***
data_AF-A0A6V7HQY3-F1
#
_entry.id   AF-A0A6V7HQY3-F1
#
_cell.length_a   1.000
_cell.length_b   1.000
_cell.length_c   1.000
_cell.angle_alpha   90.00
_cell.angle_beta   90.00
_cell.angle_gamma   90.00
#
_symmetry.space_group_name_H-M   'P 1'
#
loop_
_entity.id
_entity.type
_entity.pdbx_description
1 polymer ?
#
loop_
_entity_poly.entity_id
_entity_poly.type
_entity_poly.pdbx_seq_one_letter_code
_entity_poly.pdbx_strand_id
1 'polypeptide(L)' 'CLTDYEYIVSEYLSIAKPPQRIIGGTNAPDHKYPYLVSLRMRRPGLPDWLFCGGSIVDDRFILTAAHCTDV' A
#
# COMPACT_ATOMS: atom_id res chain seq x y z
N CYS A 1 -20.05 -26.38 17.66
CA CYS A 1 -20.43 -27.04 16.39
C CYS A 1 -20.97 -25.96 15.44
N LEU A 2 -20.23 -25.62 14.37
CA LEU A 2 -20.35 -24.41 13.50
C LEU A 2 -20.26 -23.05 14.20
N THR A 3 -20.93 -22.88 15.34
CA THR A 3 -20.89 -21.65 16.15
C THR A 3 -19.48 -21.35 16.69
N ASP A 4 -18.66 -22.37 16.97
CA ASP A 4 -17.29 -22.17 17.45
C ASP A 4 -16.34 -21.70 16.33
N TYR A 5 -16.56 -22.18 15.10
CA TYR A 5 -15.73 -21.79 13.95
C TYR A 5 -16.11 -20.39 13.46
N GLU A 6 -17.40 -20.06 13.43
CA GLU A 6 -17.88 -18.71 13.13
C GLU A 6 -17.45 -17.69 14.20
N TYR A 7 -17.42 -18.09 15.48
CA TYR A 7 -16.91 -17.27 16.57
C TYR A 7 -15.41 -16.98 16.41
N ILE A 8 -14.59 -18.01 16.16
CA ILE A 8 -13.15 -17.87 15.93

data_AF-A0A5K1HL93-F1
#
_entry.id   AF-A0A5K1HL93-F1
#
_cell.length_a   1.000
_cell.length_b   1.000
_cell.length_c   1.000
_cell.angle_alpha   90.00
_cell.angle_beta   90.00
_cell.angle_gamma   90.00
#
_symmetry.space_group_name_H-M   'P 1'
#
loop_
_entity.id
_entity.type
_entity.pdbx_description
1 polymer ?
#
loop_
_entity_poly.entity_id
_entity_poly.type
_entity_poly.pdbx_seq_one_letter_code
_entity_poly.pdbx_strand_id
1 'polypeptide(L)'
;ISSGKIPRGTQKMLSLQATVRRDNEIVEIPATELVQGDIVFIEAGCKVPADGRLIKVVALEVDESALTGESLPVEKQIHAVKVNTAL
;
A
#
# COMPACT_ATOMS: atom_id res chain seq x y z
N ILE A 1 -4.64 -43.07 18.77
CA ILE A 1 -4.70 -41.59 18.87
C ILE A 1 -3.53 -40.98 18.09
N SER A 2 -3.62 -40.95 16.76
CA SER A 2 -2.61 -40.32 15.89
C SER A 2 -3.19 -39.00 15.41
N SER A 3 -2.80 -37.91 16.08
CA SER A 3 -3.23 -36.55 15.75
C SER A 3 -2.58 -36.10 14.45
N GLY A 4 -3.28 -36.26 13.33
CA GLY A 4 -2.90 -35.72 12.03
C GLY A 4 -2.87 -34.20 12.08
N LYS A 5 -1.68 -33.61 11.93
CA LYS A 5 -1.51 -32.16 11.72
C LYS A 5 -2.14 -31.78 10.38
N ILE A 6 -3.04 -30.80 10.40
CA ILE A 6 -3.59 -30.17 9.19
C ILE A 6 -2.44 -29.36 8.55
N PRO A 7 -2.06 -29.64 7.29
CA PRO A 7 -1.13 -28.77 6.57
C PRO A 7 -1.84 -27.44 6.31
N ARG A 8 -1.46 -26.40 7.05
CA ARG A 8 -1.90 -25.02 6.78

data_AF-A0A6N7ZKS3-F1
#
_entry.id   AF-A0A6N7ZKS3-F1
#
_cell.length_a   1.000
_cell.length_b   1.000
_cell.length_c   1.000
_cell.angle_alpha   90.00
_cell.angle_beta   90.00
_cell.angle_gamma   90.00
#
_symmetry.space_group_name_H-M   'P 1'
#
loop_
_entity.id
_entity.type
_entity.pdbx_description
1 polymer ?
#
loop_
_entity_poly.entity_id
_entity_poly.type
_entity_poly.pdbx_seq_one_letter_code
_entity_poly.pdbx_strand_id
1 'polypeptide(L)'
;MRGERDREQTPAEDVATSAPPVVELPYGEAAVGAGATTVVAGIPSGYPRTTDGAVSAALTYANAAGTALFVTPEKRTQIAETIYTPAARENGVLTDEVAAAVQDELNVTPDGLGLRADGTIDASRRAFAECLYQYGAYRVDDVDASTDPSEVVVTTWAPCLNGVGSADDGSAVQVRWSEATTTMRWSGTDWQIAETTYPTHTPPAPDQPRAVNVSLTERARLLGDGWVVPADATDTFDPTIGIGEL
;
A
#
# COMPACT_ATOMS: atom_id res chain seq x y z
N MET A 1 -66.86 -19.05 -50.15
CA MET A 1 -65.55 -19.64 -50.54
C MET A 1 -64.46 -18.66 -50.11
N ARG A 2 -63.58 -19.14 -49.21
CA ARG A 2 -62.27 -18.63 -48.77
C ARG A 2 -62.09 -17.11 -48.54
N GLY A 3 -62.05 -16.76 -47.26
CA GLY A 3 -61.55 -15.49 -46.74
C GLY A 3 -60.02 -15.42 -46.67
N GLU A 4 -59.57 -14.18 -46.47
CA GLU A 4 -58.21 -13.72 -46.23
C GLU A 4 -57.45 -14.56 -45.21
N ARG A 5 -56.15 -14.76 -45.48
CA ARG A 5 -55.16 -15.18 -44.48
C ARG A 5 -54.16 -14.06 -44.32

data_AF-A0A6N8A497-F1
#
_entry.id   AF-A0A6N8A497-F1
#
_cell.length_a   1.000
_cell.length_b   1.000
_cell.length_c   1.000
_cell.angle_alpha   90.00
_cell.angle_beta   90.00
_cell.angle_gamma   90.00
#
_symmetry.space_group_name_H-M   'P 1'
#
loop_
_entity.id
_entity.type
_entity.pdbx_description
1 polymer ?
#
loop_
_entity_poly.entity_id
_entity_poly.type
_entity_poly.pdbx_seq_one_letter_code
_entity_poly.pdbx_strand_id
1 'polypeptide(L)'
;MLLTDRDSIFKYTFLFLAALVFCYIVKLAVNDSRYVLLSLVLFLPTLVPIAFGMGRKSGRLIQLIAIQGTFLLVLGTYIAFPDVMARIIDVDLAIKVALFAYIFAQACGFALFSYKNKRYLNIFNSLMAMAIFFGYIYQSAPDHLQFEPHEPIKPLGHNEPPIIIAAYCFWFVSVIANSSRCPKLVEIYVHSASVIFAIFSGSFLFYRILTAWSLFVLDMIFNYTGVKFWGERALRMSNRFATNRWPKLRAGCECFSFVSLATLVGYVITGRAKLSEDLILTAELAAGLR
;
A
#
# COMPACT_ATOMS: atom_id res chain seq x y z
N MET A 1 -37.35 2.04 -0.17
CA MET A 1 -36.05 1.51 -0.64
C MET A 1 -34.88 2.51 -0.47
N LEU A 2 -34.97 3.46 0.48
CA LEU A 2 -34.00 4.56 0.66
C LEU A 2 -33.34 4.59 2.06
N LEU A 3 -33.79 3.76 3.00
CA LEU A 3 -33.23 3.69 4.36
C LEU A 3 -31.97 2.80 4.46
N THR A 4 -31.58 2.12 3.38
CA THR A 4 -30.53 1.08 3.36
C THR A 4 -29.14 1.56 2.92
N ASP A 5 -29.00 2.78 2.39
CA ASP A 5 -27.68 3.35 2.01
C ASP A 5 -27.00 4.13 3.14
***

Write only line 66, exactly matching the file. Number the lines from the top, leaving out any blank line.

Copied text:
_entity.type